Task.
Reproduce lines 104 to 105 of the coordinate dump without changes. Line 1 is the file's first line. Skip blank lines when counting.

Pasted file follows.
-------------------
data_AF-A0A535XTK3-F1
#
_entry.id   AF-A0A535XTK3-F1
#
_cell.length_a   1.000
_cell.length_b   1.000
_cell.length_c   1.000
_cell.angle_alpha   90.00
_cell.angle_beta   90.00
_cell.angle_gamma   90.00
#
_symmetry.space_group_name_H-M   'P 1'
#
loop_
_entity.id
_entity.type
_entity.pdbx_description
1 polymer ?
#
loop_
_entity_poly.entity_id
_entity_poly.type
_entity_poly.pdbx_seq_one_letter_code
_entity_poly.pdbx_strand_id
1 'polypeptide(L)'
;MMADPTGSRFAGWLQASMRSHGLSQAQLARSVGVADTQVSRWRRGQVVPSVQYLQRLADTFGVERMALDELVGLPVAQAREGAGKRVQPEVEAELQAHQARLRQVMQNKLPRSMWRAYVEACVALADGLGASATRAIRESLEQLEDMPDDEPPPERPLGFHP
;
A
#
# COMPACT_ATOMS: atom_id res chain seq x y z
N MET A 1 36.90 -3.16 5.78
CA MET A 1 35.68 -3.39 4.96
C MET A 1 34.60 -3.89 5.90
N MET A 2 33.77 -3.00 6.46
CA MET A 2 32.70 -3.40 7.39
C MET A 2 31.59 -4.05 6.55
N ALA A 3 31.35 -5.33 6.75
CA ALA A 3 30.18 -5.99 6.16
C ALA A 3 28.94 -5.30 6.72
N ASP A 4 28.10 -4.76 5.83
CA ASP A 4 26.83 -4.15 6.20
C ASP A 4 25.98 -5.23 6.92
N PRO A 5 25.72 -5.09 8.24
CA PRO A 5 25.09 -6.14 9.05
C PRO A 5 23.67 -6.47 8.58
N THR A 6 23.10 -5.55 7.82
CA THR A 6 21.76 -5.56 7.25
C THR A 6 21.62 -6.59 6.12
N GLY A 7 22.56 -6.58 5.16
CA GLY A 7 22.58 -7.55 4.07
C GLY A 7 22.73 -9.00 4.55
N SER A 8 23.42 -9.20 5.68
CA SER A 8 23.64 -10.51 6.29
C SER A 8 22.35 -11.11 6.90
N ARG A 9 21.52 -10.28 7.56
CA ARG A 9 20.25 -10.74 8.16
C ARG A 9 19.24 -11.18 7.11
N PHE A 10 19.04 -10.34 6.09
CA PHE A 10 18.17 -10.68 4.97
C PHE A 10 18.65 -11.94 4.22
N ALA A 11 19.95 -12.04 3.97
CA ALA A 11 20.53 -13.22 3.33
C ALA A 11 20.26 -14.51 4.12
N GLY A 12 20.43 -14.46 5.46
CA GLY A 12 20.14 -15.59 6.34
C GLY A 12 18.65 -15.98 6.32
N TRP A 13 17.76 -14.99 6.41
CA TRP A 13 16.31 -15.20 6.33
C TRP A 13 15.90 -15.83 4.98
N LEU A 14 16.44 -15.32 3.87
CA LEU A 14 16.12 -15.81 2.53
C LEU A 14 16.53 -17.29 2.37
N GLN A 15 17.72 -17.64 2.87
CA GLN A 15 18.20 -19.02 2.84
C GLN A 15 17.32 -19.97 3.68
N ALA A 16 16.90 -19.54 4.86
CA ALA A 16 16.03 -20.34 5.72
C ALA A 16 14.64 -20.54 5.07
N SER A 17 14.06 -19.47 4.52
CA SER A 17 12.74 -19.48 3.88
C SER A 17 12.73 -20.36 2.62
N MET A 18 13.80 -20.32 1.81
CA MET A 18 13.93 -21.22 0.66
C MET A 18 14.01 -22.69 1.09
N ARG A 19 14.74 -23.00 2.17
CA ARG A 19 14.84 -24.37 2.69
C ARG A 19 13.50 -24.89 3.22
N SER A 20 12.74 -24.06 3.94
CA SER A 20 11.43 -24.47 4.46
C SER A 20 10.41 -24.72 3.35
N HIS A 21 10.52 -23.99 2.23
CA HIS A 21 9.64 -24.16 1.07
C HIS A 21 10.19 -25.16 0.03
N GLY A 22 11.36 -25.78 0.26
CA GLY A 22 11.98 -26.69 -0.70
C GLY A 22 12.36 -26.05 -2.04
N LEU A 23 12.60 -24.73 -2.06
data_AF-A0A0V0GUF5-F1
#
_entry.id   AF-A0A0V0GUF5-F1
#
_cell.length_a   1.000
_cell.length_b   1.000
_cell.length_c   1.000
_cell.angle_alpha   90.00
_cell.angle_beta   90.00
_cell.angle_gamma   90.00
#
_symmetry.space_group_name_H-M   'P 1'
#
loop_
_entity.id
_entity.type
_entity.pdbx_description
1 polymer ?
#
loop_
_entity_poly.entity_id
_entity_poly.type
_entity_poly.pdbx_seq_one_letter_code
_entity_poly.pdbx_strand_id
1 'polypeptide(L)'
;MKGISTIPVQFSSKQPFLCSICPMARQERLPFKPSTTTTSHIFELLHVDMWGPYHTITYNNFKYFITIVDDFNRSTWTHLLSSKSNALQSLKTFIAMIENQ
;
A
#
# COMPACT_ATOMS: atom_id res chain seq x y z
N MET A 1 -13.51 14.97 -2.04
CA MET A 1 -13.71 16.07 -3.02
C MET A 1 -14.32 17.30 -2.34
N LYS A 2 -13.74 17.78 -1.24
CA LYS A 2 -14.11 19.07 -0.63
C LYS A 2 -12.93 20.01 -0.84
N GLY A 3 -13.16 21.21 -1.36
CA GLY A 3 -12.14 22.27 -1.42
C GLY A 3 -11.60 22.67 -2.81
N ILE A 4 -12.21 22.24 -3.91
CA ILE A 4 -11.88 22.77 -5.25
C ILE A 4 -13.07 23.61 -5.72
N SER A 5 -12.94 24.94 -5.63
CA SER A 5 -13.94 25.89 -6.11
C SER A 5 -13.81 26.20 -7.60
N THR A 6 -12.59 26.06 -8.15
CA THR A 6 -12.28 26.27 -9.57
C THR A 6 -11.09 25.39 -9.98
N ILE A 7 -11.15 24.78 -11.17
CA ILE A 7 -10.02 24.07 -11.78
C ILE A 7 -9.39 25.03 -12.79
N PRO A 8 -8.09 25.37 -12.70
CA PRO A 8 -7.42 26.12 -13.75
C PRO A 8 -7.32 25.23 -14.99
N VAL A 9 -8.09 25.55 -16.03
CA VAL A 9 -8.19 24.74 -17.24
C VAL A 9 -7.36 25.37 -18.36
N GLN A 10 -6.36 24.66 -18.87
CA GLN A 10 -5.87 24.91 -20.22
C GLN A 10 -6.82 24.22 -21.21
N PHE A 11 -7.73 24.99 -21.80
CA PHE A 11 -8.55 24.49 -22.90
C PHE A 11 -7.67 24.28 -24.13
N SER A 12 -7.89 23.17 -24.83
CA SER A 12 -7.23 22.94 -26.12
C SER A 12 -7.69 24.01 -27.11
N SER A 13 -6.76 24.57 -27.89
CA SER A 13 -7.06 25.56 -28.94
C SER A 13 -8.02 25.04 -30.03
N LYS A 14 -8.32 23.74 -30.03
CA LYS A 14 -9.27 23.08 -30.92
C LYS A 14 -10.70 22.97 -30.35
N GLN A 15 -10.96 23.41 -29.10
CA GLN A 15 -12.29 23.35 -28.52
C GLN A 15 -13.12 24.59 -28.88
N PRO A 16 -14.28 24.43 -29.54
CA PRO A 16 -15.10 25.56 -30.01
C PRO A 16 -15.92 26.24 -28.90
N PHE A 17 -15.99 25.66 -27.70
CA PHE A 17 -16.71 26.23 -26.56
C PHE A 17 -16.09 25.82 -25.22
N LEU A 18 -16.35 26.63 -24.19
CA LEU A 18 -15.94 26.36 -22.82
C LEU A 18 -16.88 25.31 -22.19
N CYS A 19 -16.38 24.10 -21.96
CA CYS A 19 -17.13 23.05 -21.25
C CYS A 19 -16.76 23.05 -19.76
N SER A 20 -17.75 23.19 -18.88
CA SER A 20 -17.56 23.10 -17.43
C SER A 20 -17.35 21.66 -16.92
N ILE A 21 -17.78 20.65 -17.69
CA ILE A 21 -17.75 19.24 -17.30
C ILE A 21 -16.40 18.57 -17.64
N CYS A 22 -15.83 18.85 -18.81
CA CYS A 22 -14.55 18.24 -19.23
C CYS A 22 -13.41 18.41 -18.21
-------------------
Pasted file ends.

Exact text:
_cell.length_c   1.000
_cell.angle_alpha   90.00